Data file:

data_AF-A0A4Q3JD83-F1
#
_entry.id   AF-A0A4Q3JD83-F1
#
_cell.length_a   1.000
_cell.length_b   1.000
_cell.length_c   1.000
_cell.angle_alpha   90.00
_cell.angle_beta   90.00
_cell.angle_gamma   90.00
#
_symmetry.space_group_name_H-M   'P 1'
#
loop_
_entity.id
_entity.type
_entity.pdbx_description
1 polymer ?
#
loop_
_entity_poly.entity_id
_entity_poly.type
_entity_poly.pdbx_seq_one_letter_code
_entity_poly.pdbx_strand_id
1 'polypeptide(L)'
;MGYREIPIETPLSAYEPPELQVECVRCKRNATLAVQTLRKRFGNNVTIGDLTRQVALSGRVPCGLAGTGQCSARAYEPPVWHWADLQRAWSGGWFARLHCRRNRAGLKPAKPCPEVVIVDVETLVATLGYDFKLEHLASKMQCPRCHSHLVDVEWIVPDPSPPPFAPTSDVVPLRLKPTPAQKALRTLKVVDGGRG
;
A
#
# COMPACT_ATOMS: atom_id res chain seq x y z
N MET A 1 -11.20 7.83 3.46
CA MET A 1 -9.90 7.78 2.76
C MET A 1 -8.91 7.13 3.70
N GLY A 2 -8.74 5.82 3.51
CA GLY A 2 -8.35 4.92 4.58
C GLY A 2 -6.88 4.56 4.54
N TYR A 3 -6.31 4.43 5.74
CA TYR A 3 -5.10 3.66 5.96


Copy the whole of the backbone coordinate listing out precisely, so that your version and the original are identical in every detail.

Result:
data_AF-A0A4Q3JD83-F1
#
_entry.id   AF-A0A4Q3JD83-F1
#
_cell.length_a   1.000
_cell.length_b   1.000
_cell.length_c   1.000
_cell.angle_alpha   90.00
_cell.angle_beta   90.00
_cell.angle_gamma   90.00
#
_symmetry.space_group_name_H-M   'P 1'
#
loop_
_entity.id
_entity.type
_entity.pdbx_description
1 polymer ?
#
loop_
_entity_poly.entity_id
_entity_poly.type
_entity_poly.pdbx_seq_one_letter_code
_entity_poly.pdbx_strand_id
1 'polypeptide(L)'
;MGYREIPIETPLSAYEPPELQVECVRCKRNATLAVQTLRKRFGNNVTIGDLTRQVALSGRVPCGLAGTGQCSARAYEPPVWHWADLQRAWSGGWFARLHCRRNRAGLKPAKPCPEVVIVDVETLVATLGYDFKLEHLASKMQCPRCHSHLVDVEWIVPDPSPPPFAPTSDVVPLRLKPTPAQKALRTLKVVDGGRG
;
A
#
# COMPACT_ATOMS: atom_id res chain seq x y z
N MET A 1 -11.20 7.83 3.46
CA MET A 1 -9.90 7.78 2.76
C MET A 1 -8.91 7.13 3.70
N GLY A 2 -8.74 5.82 3.51
CA GLY A 2 -8.35 4.92 4.58
C GLY A 2 -6.88 4.56 4.54
N TYR A 3 -6.31 4.43 5.74
CA TYR A 3 -5.10 3.66 5.96